Saturday, February 03, 2007

Finished doing my taxes today. It is always odd to have to consider, for IRS purposes, whether the poetry thing I do is a "profession" (meaning the income counts as self-employment) or just a "hobby." Though one hardly makes much money with poetry, I resent it being the primary measure by which it might be declared a "hobby." And not one of the most important things in my life.

Off to Whidbey Island today with a very good friend, to visit a dear old friend and teacher, and bring her a copy of the new book. I am sure she will be tickled pink to see it.


C. Dale said...

I just did the first run of my taxes today, too! I have claimed poetry as a profession and filed a schedule C for it for the past 4 years. Why? You get to deduct travel costs for readings, lodging for readings, conferences, etc. You get to deduct Poets and Writers as a trade journal, your registration fee for AWP, the cost of postage, the cost of paper and laser printer cartridges, etc. You get to deduct the cost of your author photo, and the cost of a web site devoted to your poetry (not a blog). So, this cuts my income from poetry/editing down and saves me from having to pay a ridiculous amount. I hope to God you are claiming poetry as a profession. Otherwise, your royalties, your reading/speaker's fees, your honarariums from publishing, etc. all just get btacked on to your gross income from medicine, which WILL cause you to pay MORE in taxes! We need to talk if you are not stating poetry as a profession. By tax codes, the fact you have books and receive royalties validates it as a profession, regardless of how much money you make at it. If audited, just presenting the books is enough to justify you are a poet/writer.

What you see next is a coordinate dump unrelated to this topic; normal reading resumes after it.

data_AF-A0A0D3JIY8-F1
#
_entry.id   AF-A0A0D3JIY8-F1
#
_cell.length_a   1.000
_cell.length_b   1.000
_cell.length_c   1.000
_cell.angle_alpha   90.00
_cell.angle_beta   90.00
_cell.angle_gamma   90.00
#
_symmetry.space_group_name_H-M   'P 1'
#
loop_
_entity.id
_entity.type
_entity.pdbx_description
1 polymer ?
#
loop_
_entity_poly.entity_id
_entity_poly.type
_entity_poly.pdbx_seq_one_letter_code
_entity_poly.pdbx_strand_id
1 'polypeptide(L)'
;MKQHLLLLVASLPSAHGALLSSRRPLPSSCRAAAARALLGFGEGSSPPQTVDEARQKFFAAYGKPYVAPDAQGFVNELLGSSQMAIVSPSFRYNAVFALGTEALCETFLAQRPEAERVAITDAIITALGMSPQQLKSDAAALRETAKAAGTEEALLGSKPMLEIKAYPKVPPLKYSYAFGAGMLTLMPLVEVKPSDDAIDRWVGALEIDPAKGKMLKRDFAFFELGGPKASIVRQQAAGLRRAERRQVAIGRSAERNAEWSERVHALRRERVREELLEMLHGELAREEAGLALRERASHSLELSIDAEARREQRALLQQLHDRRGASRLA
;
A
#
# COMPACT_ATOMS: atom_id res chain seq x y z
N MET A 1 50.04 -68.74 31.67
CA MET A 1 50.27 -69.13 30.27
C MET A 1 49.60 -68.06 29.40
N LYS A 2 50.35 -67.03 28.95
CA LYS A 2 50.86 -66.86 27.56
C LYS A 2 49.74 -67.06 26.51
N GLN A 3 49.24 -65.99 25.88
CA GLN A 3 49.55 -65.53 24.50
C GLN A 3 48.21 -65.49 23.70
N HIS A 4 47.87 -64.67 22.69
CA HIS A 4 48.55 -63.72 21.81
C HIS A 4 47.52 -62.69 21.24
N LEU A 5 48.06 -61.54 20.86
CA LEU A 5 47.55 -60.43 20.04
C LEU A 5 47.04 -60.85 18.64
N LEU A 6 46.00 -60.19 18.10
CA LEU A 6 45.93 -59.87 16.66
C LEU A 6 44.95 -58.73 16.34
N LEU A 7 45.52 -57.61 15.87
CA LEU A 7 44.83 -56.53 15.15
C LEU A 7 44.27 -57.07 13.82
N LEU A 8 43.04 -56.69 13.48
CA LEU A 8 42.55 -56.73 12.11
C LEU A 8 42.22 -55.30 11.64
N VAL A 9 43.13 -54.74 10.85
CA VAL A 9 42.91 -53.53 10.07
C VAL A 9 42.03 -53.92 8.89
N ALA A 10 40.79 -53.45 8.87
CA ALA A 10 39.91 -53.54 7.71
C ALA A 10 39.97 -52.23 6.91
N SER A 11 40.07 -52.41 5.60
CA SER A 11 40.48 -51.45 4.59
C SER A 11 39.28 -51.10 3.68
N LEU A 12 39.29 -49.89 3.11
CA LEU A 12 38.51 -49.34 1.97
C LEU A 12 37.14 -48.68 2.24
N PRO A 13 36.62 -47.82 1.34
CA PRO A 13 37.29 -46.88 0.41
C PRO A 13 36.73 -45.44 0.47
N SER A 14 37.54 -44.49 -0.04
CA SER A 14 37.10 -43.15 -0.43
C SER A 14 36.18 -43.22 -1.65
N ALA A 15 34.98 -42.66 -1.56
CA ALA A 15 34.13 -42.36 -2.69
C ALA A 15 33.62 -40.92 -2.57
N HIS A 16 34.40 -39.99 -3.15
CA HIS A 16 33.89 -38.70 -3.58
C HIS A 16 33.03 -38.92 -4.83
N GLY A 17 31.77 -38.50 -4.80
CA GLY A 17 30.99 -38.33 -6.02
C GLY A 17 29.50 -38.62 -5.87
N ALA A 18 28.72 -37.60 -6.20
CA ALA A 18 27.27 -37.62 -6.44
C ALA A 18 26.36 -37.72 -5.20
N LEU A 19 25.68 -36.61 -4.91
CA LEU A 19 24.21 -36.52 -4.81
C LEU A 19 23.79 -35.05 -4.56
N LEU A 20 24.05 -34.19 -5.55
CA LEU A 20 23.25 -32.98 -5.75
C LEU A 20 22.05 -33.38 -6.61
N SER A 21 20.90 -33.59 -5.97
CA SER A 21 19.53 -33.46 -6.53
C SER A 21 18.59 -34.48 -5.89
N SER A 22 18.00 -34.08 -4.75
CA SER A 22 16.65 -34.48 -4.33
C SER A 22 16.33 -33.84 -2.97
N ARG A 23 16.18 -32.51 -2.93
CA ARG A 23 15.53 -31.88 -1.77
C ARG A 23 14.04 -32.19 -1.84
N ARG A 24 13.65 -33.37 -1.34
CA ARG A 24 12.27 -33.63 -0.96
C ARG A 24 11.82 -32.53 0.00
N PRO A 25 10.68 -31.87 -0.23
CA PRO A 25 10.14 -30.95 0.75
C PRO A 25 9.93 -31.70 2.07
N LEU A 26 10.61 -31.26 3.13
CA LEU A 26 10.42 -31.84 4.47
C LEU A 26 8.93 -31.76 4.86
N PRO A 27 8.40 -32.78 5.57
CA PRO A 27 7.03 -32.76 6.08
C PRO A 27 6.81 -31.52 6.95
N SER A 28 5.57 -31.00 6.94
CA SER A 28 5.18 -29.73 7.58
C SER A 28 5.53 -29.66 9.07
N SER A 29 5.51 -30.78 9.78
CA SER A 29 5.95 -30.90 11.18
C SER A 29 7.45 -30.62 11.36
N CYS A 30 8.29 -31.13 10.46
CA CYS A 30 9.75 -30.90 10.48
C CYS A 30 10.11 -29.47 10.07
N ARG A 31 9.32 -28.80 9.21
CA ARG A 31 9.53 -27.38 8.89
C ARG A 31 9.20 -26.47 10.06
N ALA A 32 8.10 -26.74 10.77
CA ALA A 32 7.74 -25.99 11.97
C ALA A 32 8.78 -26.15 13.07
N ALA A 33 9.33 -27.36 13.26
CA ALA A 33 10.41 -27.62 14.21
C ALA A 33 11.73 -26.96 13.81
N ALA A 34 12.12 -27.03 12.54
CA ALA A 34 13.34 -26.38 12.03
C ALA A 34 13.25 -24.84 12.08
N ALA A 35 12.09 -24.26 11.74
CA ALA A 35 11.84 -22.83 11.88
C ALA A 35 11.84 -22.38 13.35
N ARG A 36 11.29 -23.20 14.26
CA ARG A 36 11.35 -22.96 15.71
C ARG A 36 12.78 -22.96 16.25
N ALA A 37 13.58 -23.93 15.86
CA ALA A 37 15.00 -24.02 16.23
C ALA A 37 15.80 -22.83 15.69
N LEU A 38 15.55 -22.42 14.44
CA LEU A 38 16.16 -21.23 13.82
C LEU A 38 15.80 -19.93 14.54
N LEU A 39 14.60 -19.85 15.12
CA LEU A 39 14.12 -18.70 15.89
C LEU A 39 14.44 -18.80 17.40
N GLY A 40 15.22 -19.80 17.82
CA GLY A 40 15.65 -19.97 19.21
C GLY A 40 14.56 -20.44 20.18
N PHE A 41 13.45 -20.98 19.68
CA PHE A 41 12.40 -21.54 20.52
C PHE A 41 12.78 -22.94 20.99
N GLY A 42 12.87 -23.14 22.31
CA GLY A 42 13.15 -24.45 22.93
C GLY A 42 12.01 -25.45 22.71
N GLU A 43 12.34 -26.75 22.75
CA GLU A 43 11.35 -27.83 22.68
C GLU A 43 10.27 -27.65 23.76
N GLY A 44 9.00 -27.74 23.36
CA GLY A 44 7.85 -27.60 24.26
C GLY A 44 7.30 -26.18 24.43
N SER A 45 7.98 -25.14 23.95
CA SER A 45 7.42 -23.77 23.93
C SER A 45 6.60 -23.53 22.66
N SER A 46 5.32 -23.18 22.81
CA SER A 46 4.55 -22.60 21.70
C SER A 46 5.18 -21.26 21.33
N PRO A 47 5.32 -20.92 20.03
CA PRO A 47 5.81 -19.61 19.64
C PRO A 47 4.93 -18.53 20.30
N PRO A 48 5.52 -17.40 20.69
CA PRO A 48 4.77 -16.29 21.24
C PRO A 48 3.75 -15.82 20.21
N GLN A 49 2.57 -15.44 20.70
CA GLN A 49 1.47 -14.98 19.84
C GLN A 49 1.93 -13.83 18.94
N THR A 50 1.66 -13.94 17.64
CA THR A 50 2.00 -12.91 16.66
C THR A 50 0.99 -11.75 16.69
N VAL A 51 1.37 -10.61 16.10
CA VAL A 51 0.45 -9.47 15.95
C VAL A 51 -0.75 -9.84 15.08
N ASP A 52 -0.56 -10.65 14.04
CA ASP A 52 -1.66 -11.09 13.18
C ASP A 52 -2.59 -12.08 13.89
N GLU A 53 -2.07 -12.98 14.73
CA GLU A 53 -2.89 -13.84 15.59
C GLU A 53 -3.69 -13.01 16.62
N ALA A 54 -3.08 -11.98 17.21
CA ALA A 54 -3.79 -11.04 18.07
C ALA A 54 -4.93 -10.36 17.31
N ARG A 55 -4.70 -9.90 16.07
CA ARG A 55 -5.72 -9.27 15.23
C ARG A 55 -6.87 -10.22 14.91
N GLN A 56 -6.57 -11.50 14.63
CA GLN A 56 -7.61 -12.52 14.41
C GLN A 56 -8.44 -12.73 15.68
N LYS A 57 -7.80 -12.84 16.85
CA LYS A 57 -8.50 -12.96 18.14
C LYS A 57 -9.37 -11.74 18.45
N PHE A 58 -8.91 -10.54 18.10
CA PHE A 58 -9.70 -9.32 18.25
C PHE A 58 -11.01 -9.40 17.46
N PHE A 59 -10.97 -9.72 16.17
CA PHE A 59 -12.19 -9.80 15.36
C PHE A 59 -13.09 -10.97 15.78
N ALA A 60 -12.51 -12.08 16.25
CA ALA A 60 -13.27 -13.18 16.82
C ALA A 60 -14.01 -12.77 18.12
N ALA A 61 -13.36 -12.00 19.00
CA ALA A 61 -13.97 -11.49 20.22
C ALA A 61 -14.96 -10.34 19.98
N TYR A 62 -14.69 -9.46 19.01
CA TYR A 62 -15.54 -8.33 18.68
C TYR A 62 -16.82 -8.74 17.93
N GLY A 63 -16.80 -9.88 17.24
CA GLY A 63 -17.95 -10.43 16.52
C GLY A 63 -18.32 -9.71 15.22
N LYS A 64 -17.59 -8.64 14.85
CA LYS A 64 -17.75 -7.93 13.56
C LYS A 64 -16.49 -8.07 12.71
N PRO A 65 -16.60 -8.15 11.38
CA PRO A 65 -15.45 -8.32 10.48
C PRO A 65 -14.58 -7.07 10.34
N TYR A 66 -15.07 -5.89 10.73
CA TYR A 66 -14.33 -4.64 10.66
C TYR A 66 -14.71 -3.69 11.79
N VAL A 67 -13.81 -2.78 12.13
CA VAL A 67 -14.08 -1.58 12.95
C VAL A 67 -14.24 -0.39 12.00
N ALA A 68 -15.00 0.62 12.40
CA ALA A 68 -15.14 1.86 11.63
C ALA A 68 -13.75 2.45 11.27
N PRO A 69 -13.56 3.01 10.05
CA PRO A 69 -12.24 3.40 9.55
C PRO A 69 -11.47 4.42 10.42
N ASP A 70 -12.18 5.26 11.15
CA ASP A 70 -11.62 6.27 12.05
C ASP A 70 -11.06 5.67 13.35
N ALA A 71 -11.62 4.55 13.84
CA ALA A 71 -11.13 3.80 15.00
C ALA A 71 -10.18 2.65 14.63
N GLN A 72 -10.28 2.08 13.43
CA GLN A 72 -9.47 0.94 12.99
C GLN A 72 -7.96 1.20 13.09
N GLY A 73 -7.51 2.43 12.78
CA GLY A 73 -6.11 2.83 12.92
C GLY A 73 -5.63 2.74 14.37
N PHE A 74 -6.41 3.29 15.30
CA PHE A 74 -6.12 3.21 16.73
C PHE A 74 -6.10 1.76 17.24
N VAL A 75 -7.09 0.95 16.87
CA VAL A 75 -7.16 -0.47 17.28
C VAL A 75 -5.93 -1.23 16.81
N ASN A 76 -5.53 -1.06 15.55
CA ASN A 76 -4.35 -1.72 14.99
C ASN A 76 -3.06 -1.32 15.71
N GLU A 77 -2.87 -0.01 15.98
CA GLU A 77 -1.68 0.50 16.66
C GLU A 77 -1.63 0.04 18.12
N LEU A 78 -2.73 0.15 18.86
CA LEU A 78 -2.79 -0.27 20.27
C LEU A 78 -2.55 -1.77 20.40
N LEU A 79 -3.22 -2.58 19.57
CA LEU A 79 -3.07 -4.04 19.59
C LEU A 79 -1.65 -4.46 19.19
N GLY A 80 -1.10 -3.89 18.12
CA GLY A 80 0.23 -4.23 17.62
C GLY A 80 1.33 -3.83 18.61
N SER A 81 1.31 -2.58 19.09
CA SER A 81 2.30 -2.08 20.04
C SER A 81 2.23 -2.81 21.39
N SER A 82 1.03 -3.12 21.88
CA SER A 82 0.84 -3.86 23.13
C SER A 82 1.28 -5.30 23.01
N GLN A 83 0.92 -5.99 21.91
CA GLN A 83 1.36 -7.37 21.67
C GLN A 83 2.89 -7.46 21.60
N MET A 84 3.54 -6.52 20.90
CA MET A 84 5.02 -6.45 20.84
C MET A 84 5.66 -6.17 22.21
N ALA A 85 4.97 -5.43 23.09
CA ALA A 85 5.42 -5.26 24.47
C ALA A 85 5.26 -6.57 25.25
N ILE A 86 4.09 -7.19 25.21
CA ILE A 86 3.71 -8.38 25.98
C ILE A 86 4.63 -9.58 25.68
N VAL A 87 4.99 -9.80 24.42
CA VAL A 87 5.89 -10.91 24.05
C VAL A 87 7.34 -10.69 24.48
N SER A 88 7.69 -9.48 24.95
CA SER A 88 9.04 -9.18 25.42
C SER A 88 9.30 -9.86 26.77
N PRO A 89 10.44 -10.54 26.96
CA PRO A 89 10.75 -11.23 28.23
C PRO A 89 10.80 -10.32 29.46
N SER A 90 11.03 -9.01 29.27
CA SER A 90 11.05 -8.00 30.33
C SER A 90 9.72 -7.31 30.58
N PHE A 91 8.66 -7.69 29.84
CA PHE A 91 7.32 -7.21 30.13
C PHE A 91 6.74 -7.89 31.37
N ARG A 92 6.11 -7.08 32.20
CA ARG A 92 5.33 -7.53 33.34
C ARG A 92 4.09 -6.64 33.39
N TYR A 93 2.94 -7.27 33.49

Collin said...

I'm with C. Dale. I claim writing as my profession and deduct everything related to it concerning both my day job and poetry. I'm even getting to write off part of the trip to the UK last fall since I went over for the publication of the anthology I edited.

Peter said...

Hi Guys: Oh yes. I've been claiming all that stuff for several years now.
It's just interesting to read what the definition of "hobby" is according to the IRS. How it is all about the money.

"Hobby Loss: Loss from a hobby or other activity you do not pursue for profit. You cannot claim expenses from a hobby that exceed the amount of your income that you report. If you fail to show a profit for three out of five years, the IRS may presume your business is a hobby and disallow losses from it unless you show evidence to the contrary."

Some people (myself included) make no significant money, or lose money, on their poetry, in a given year. But I still would not label poetry a "hobby." I'm not sure what "evidence to the contrary" would be (oh--nice poem title). I agree with C Dale: perhaps books and magazine pubs and such would be enough proof.